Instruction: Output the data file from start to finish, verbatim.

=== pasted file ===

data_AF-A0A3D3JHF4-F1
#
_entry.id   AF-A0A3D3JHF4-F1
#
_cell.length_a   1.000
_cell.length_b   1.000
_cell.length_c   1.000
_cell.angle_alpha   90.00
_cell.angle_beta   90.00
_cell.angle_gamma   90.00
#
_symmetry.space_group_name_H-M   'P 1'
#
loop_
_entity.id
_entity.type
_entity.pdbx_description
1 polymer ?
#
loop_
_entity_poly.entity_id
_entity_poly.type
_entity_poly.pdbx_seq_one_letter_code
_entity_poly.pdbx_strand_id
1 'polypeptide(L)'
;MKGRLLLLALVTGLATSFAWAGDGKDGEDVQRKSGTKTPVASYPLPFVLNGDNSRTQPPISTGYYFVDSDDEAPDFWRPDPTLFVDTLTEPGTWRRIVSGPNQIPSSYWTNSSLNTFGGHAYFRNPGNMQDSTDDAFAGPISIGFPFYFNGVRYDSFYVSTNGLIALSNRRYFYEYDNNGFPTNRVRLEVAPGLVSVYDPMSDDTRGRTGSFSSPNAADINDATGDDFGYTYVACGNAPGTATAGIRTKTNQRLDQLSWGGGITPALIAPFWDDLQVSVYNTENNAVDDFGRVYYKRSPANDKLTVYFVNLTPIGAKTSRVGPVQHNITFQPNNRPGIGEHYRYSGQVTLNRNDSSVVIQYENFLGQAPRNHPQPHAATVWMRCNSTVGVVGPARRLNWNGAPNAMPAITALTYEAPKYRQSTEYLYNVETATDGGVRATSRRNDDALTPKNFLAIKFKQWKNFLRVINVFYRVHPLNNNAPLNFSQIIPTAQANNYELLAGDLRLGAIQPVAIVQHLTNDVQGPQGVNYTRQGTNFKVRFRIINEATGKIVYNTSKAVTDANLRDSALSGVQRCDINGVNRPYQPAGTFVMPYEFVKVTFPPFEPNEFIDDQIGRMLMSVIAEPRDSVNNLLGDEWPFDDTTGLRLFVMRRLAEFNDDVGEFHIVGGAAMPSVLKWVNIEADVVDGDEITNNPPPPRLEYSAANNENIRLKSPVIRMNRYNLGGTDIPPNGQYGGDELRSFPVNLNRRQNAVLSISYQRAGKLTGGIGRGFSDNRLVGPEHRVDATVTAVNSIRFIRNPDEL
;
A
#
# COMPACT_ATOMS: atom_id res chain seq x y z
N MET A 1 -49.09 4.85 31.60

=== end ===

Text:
data_AF-A0A3D3JHF4-F1
#
_entry.id   AF-A0A3D3JHF4-F1
#
_cell.length_a   1.000
_cell.length_b   1.000
_cell.length_c   1.000
_cell.angle_alpha   90.00
_cell.angle_beta   90.00
_cell.angle_gamma   90.00
#
_symmetry.space_group_name_H-M   'P 1'
#
loop_
_entity.id
_entity.type
_entity.pdbx_description
1 polymer ?
#
loop_
_entity_poly.entity_id
_entity_poly.type
_entity_poly.pdbx_seq_one_letter_code
_entity_poly.pdbx_strand_id
1 'polypeptide(L)'
;MKGRLLLLALVTGLATSFAWAGDGKDGEDVQRKSGTKTPVASYPLPFVLNGDNSRTQPPISTGYYFVDSDDEAPDFWRPDPTLFVDTLTEPGTWRRIVSGPNQIPSSYWTNSSLNTFGGHAYFRNPGNMQDSTDDAFAGPISIGFPFYFNGVRYDSFYVSTNGLIALSNRRYFYEYDNNGFPTNRVRLEVAPGLVSVYDPMSDDTRGRTGSFSSPNAADINDATGDDFGYTYVACGNAPGTATAGIRTKTNQRLDQLSWGGGITPALIAPFWDDLQVSVYNTENNAVDDFGRVYYKRSPANDKLTVYFVNLTPIGAKTSRVGPVQHNITFQPNNRPGIGEHYRYSGQVTLNRNDSSVVIQYENFLGQAPRNHPQPHAATVWMRCNSTVGVVGPARRLNWNGAPNAMPAITALTYEAPKYRQSTEYLYNVETATDGGVRATSRRNDDALTPKNFLAIKFKQWKNFLRVINVFYRVHPLNNNAPLNFSQIIPTAQANNYELLAGDLRLGAIQPVAIVQHLTNDVQGPQGVNYTRQGTNFKVRFRIINEATGKIVYNTSKAVTDANLRDSALSGVQRCDINGVNRPYQPAGTFVMPYEFVKVTFPPFEPNEFIDDQIGRMLMSVIAEPRDSVNNLLGDEWPFDDTTGLRLFVMRRLAEFNDDVGEFHIVGGAAMPSVLKWVNIEADVVDGDEITNNPPPPRLEYSAANNENIRLKSPVIRMNRYNLGGTDIPPNGQYGGDELRSFPVNLNRRQNAVLSISYQRAGKLTGGIGRGFSDNRLVGPEHRVDATVTAVNSIRFIRNPDEL
;
A
#
# COMPACT_ATOMS: atom_id res chain seq x y z
N MET A 1 -49.09 4.85 31.60